Wisconsin’s Attorney General: Bucks Have Done More To Address These Issues Than The Government

When the Milwaukee Bucks made the decision to not play Wednesday’s Game 5 against the Magic in protest of the police shooting of Jacob Blake in Kenosha, Wisconsin, they chose to remain in the locker room and work towards figuring out what was next and how they could ensure their choice to strike was going to have an impact.

What that led to was a conference call with Wisconsin’s lieutenant governor, Mandela Barnes, and attorney general, Josh Kaul, in which they discussed what steps they could take to get justice for Blake. The result was a statement they released as a team after finally emerging from the locker room hours later, calling on the Wisconsin state legislature to return to session after months off and vote on a bill that included police reform policies.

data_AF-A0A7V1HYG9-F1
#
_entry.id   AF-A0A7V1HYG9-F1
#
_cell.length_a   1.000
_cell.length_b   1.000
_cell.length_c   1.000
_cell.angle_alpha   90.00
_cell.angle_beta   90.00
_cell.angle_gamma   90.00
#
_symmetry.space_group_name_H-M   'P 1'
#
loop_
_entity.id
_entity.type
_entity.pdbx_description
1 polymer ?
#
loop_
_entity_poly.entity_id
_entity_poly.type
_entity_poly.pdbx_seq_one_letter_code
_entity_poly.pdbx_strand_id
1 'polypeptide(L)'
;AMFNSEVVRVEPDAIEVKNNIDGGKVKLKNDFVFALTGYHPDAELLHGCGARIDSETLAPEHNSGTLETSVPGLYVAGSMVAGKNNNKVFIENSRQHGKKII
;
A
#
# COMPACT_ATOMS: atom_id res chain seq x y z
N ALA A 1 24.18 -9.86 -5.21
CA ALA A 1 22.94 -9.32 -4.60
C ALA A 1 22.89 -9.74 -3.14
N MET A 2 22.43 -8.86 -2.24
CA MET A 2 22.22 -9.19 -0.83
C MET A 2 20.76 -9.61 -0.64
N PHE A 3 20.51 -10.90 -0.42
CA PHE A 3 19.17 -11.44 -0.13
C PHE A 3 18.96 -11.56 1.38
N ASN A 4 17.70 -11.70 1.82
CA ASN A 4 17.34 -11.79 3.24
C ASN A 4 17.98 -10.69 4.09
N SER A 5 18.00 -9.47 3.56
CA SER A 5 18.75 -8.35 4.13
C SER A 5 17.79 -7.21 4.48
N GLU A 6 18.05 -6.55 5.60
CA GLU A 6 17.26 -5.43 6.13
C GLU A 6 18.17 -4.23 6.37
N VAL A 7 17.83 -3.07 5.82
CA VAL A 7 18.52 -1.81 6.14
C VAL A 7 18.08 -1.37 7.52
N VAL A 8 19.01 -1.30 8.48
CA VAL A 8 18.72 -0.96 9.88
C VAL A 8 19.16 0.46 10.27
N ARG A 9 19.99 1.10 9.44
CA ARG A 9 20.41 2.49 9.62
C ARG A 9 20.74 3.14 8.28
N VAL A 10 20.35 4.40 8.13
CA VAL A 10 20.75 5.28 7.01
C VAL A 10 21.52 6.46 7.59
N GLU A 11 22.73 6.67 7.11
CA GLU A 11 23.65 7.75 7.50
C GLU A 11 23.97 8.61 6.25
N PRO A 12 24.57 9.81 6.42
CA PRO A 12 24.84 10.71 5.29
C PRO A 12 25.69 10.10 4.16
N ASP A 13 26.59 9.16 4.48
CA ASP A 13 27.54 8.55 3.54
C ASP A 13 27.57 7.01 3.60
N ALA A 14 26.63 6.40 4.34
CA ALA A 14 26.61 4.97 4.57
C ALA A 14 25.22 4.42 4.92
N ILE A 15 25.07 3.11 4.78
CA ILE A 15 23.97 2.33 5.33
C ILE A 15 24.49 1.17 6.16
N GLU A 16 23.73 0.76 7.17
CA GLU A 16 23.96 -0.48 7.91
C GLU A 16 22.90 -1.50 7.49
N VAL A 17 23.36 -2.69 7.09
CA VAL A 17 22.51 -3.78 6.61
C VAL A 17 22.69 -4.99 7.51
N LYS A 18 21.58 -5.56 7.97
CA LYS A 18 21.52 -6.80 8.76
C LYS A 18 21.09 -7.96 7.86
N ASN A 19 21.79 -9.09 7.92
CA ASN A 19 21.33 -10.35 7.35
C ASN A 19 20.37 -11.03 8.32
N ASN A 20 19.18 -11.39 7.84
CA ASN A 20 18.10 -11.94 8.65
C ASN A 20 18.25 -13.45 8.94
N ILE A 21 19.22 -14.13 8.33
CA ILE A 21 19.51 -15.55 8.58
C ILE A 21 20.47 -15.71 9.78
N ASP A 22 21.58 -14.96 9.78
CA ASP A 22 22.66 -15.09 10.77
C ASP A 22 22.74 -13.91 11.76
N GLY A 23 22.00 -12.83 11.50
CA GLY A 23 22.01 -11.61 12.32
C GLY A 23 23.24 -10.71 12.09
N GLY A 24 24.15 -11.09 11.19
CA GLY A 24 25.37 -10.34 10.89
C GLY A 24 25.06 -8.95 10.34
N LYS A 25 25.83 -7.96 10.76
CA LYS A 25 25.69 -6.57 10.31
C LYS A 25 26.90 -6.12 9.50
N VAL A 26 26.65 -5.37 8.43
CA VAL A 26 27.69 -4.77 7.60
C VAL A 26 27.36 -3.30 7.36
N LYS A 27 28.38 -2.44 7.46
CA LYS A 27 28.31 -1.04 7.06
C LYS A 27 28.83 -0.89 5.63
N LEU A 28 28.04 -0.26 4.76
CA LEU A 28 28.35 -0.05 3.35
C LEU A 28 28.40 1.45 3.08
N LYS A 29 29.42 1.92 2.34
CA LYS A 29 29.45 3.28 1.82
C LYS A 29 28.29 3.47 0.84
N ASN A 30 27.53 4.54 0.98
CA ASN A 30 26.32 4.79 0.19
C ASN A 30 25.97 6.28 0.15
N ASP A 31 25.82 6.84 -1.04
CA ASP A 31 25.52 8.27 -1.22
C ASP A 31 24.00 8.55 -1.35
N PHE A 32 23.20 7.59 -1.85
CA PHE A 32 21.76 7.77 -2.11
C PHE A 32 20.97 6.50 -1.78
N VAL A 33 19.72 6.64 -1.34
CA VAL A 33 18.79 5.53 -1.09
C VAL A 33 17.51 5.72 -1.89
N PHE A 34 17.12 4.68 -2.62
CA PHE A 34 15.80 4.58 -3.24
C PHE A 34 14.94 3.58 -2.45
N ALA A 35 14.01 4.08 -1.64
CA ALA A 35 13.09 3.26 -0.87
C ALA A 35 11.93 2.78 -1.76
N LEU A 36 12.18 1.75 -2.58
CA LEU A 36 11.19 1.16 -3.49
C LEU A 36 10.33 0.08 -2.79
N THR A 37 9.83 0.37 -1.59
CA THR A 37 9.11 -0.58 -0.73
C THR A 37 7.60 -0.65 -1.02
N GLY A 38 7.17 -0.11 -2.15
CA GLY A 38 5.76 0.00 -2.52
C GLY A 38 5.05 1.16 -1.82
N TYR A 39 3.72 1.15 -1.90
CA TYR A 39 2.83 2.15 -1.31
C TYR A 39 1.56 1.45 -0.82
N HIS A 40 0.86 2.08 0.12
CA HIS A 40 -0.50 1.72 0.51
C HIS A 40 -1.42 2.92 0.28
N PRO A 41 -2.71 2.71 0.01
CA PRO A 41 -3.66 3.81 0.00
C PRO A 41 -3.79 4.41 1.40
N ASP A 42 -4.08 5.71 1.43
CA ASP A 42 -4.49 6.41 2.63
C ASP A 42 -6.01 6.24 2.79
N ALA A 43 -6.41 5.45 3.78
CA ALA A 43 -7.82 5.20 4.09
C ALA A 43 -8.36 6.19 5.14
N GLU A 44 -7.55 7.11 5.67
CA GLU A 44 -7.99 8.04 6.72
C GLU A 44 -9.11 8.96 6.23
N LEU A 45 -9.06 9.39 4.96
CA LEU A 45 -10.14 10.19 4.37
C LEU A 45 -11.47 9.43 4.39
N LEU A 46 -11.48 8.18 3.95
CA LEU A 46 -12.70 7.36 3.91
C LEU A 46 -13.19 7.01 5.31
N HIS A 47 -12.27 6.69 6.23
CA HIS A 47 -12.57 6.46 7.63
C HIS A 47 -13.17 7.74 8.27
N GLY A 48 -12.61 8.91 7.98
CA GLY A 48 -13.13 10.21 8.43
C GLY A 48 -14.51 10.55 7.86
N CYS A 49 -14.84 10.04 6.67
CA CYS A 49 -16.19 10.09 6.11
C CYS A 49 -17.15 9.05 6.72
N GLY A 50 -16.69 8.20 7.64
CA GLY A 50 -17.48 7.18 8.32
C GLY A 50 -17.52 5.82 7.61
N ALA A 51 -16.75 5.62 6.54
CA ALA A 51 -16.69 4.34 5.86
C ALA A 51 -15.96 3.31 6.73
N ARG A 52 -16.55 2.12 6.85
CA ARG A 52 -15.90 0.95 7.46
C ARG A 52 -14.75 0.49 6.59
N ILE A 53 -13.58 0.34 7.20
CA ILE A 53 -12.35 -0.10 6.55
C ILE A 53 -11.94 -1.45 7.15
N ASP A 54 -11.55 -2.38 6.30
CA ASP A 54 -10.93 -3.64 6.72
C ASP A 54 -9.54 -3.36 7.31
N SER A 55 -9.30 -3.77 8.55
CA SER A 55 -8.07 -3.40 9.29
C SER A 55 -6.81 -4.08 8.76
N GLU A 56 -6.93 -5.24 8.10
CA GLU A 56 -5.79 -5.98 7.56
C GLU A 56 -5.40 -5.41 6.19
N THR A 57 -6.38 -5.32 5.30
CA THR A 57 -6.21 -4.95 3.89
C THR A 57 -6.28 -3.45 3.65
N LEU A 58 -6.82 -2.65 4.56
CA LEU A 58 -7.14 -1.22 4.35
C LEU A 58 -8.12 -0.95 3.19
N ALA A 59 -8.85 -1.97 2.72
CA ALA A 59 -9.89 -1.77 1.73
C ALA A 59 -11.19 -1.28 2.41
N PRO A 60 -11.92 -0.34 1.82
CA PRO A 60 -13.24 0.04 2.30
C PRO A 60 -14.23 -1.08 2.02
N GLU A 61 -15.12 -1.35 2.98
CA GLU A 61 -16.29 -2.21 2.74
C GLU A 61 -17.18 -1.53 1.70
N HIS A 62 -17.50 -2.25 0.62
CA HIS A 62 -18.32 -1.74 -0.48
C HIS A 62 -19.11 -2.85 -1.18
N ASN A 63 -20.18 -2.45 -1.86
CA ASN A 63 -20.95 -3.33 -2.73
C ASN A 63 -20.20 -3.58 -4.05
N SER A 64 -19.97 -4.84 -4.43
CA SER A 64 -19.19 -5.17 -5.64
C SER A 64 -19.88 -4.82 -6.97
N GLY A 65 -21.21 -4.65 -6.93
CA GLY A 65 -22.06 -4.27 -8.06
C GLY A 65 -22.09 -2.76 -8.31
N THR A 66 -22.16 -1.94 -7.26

That was the main takeaway from their conversation with Barnes and Kaul, who noted the most impactful thing they could do was to push for lawmakers to return and put change into action. After that call, Kaul spoke with reporters as he provided an update on the investigation into the police officer who shot Blake and his partners that were at the scene, and made it clear that just in that brief period the Bucks had done more on the issue of police violence and racism than Wisconsin’s state government.

The question now becomes whether the push from the Bucks and others will lead to action, which is one of the reasons players are calling on league ownership to get more heavily involved. Owners have deep ties in local government (and some nationally), particularly teams like the Bucks that have recently gotten public funding for a new arena, and wielding that power and influence could be what can push lawmakers to enacting some of these changes that players and the people are calling for but otherwise are being ignored.